Lexington's Urban County Government is dropping health insurance coverage for 556 employees of "outside agencies" — organizations that are affiliated with, but not directly run by, city government.
Based on 2008 spending, dropping employees of the 20 organizations from Lexington's insurance plan would save the cash-strapped city $506,218 a year, the difference between what it took in and what it had to pay out.
Among the organizations that will be making new health insurance arrangements are the Fayette County Health Department, Kentucky League of Cities, Lexington Housing Authority, Lexington Convention & Visitors Bureau, Lexington Parking Authority and the Lexington Urban League.
"The satellite agencies had been paying only their premiums," said Susan Straub, spokeswoman for Mayor Jim Newberry. "... They were not funding the full cost of their health care."
Over the past three years, the city has shelled out $2.2 million to supplement the insurance premiums paid by the employees of outside agencies.
In late November, Newberry said the city might consider layoffs, pay cuts, furloughs and the elimination of city programs to stem an estimated shortfall of $12 million to $13 million. City government division directors were asked to propose ways to cut expenses by 5 percent.
The council approved cutting health insurance for outside groups on Dec. 8. In all, the city offers health insurance to 3,622 workers and retirees, whose health claims outpaced revenue by $8.5 million last year.
Most of the agencies will have until Dec. 31, 2010, to finish their new health care plans, but some — such as the Fayette County Health Department — will switch to new insurers within the next month.
Health Department Commissioner Melinda Rowe said city officials told her the agency should be covered by the state's health insurance program. Instead, the department chose a plan offered by Bluegrass Family Health.
Still, the cost of premiums paid by the department could go up by more than $600,000 over two years, Rowe said.
Not providing health insurance to employees was never considered, she said.
"Obviously, we're the health department; we have got to concentrate on our own employees and their wellness," Rowe said.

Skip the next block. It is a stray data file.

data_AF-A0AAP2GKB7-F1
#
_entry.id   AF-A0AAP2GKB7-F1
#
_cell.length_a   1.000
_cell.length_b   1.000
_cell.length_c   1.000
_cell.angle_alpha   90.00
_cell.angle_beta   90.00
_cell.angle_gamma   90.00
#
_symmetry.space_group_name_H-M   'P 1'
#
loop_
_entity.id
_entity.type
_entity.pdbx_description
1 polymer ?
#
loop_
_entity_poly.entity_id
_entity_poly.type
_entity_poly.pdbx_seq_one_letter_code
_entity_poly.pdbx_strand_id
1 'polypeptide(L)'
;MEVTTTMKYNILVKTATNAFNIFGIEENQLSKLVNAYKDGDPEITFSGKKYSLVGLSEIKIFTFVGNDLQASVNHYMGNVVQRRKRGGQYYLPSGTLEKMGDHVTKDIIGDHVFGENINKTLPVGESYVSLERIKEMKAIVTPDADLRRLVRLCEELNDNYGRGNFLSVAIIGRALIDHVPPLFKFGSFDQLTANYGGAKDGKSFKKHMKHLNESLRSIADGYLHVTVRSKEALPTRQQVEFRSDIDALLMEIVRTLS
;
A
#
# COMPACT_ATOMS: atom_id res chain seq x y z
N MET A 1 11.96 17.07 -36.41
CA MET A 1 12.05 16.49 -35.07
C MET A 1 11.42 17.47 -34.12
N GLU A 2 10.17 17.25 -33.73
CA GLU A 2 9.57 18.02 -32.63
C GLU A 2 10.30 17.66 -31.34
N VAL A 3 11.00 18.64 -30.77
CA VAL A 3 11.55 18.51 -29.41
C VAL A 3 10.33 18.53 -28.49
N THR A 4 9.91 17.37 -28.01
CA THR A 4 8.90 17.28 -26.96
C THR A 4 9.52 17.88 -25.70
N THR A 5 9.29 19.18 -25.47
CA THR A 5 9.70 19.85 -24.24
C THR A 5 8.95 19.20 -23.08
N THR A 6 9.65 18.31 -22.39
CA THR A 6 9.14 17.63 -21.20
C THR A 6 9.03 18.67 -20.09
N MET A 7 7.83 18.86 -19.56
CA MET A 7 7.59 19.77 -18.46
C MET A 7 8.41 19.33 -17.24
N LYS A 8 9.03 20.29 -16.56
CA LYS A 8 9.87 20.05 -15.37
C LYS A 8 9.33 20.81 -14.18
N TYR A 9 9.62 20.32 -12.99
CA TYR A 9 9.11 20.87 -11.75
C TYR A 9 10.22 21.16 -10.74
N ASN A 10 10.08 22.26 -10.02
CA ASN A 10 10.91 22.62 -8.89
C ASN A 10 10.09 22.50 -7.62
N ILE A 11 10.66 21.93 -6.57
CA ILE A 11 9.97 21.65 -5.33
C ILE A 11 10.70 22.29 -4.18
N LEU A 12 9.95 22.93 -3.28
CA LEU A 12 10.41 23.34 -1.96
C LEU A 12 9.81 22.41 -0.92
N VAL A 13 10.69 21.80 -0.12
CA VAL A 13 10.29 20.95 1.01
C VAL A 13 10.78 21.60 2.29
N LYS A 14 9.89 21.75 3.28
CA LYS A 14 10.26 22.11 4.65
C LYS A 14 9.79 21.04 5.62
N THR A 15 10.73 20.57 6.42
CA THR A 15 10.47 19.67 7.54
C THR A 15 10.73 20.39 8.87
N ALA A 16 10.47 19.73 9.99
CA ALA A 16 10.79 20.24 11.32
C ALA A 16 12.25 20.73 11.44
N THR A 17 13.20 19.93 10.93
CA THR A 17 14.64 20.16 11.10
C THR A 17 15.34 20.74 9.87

P.G. Peeples, president of Lexington's Urban League, said his organization's insurance options are limited because it has only six employees. He hopes to band with United Way agencies or other Urban League offices to build the number of employees needed for a large bargaining pool.
"I'm disappointed they're going to remove this option," Peeples said. "I understand that they're trying to do cost savings."
How did the city wind up providing insurance benefits for agencies outside city government?
"For the most part, we don't really know," Straub said. "We inherited this situation, and the arrangements have apparently been in place for a number of years."
Jan Isenhour, director of the Carnegie Center for Literacy, said the center's budget initially came from the city, so its inclusion in the health pool seemed logical.
In 2003, the center became an "outside agency" and started taking over its own finances but remained in the city insurance group. The Carnegie Center hasn't started pricing outside health policies; it has another year on the city's plan.
Meanwhile, the city continues to look for other ways to shift expenses to outside agencies.
Ed Lane, councilman for Lexington's 12th district, said the city might soon consider asking outside agencies to contribute money toward the upkeep of city office space they occupy.
"The recession puts a lot of strain on government to provide all the services necessary for the taxpayers, but it also gives us an opportunity to look at what are essential services and what are non-essential services ... to try to maximize the efficiency of government as much as we can," Lane said.